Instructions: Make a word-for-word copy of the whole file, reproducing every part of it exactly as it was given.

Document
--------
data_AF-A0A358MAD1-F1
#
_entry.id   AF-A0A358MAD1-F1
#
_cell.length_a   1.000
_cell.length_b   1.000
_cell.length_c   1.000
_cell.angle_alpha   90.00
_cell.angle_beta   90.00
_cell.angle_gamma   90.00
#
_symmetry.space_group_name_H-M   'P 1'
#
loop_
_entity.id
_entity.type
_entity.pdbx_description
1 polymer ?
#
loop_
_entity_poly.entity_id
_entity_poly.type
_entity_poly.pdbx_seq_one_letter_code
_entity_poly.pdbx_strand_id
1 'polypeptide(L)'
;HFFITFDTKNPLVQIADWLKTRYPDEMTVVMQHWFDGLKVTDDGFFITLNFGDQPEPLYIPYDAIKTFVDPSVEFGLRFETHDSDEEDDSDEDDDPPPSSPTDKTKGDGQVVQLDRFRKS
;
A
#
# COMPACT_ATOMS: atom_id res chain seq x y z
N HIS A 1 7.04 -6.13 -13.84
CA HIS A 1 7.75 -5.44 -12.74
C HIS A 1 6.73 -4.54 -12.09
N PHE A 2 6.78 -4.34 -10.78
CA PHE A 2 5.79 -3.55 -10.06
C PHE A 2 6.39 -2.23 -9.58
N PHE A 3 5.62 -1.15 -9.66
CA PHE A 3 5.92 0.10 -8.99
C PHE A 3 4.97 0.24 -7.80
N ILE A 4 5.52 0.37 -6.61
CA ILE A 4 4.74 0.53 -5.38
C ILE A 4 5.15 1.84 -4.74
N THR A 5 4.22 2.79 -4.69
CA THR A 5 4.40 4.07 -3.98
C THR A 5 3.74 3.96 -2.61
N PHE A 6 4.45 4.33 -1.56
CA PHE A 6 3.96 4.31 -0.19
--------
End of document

data_AF-A0A358MAD1-F1
#
_entry.id   AF-A0A358MAD1-F1
#
_cell.length_a   1.000
_cell.length_b   1.000
_cell.length_c   1.000
_cell.angle_alpha   90.00
_cell.angle_beta   90.00
_cell.angle_gamma   90.00
#
_symmetry.space_group_name_H-M   'P 1'
#
loop_
_entity.id
_entity.type
_entity.pdbx_description
1 polymer ?
#
loop_
_entity_poly.entity_id
_entity_poly.type
_entity_poly.pdbx_seq_one_letter_code
_entity_poly.pdbx_strand_id
1 'polypeptide(L)'
;HFFITFDTKNPLVQIADWLKTRYPDEMTVVMQHWFDGLKVTDDGFFITLNFGDQPEPLYIPYDAIKTFVDPSVEFGLRFETHDSDEEDDSDEDDDPPPSSPTDKTKGDGQVVQLDRFRKS
;
A
#
# COMPACT_ATOMS: atom_id res chain seq x y z
N HIS A 1 7.04 -6.13 -13.84
CA HIS A 1 7.75 -5.44 -12.74
C HIS A 1 6.73 -4.54 -12.09
N PHE A 2 6.78 -4.34 -10.78
CA PHE A 2 5.79 -3.55 -10.06
C PHE A 2 6.39 -2.23 -9.58
N PHE A 3 5.62 -1.15 -9.66
CA PHE A 3 5.92 0.10 -8.99
C PHE A 3 4.97 0.24 -7.80
N ILE A 4 5.52 0.37 -6.61
CA ILE A 4 4.74 0.53 -5.38
C ILE A 4 5.15 1.84 -4.74
N THR A 5 4.22 2.79 -4.69
CA THR A 5 4.40 4.07 -3.98
C THR A 5 3.74 3.96 -2.61
N PHE A 6 4.45 4.33 -1.56
CA PHE A 6 3.96 4.31 -0.19